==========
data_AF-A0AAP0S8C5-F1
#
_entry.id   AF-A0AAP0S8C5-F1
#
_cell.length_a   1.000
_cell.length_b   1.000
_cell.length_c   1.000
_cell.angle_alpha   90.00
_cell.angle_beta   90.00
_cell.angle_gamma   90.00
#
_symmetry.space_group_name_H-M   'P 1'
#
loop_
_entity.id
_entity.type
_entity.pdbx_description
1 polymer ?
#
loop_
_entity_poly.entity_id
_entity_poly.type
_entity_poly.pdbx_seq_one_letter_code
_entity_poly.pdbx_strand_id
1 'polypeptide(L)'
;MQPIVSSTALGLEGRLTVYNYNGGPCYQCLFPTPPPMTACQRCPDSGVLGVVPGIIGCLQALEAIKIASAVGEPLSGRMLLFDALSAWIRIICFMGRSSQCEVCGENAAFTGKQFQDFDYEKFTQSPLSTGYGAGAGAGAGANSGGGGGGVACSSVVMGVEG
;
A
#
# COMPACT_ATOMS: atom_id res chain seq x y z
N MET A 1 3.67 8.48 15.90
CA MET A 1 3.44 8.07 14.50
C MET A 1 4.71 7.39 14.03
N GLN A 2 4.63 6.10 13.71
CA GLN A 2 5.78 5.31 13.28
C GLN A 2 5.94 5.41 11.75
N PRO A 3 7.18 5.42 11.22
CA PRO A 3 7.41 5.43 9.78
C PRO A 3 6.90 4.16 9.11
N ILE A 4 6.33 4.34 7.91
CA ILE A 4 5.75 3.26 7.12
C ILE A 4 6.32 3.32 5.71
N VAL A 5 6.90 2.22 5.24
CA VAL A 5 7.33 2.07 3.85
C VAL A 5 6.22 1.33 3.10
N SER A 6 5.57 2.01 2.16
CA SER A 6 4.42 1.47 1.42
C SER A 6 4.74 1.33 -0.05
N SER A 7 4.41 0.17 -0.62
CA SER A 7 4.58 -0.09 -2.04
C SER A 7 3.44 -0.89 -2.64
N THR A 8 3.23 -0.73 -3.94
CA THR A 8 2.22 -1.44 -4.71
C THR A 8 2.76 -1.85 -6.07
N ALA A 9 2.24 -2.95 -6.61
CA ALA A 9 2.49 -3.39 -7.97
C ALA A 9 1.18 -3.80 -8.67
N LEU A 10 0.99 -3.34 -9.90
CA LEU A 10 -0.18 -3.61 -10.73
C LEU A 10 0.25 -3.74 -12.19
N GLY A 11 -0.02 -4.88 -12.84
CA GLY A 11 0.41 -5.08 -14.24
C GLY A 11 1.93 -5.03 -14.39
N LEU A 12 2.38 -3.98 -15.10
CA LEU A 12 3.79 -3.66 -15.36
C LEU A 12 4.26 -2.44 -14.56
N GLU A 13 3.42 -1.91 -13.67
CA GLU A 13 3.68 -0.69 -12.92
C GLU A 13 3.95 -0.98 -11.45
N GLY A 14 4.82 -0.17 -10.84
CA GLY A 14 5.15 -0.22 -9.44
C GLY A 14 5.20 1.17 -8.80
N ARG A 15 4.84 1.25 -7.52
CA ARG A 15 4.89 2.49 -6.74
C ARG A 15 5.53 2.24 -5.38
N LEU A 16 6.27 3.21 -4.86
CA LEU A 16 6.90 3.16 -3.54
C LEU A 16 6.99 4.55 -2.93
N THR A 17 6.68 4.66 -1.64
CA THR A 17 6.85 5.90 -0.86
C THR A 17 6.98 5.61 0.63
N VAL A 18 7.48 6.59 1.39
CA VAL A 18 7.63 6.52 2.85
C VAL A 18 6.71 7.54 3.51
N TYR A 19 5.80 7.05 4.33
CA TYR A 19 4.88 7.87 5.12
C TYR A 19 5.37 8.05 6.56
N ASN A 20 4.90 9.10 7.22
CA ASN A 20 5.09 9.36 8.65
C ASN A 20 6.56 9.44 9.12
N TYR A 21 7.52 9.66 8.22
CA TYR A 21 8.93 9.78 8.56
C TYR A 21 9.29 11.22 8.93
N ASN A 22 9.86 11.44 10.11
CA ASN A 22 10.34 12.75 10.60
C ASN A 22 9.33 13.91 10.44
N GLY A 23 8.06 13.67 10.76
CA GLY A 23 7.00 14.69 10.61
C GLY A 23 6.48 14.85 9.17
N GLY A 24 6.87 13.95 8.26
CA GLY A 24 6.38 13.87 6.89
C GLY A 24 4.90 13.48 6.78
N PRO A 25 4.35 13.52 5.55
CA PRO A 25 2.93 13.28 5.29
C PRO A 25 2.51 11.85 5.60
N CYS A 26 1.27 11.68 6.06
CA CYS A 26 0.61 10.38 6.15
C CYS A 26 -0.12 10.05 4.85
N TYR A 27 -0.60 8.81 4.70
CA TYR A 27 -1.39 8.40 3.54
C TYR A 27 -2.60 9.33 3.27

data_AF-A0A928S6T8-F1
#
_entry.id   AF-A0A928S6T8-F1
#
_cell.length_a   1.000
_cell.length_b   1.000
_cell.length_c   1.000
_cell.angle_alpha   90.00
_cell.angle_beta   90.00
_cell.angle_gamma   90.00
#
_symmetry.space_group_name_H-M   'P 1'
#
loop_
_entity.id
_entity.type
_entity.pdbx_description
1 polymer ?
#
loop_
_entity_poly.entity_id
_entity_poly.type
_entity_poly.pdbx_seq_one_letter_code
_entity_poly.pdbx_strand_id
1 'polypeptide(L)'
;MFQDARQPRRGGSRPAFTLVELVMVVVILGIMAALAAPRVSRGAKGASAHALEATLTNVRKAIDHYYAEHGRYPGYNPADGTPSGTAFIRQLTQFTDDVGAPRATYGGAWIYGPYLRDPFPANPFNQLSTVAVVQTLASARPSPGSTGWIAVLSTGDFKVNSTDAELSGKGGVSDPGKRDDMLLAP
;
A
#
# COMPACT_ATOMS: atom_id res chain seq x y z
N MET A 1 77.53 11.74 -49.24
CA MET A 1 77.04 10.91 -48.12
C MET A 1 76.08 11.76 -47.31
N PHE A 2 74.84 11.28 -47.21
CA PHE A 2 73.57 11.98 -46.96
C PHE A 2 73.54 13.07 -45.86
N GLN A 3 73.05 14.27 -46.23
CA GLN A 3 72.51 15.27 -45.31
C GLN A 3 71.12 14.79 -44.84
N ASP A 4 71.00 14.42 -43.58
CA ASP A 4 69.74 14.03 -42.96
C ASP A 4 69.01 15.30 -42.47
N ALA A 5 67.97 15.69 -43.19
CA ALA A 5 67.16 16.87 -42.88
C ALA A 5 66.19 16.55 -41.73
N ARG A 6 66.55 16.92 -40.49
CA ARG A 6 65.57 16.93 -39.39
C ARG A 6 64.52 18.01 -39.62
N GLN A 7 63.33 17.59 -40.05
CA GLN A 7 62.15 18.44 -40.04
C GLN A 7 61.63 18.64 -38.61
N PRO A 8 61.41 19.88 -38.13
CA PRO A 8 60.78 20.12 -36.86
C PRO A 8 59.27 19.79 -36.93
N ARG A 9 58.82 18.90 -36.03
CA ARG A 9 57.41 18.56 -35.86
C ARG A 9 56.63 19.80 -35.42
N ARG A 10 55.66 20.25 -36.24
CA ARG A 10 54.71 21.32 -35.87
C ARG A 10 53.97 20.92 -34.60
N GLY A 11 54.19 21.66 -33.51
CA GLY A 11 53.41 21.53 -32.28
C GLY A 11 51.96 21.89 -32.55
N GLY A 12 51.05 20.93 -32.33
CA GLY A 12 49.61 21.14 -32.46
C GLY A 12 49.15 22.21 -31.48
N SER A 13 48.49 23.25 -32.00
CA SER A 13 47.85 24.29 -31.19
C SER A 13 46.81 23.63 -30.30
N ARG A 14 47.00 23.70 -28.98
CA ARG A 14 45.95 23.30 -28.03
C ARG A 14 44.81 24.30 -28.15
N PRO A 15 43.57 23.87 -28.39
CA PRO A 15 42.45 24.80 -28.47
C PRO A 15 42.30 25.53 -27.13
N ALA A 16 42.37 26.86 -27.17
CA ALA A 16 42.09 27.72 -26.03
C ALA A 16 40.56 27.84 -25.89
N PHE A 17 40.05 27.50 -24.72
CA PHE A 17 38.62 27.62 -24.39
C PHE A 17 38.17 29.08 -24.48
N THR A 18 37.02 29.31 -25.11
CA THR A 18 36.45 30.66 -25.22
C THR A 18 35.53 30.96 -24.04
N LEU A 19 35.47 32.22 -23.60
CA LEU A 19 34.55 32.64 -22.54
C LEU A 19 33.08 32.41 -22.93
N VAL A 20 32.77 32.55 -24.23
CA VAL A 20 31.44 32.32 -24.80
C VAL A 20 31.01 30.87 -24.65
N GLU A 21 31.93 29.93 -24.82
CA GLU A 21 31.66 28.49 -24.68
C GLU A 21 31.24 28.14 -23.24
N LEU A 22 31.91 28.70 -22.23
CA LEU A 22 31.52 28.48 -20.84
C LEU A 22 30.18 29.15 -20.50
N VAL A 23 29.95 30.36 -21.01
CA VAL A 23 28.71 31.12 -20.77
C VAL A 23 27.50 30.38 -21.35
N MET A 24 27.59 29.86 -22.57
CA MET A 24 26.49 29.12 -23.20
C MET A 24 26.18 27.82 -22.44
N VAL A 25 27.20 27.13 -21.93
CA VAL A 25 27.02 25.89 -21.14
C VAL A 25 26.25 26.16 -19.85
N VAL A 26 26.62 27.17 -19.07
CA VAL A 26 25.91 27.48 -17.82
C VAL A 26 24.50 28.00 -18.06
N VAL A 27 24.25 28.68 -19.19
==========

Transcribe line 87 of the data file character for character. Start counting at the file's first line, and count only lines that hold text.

C TYR A 19 5.37 8.05 6.56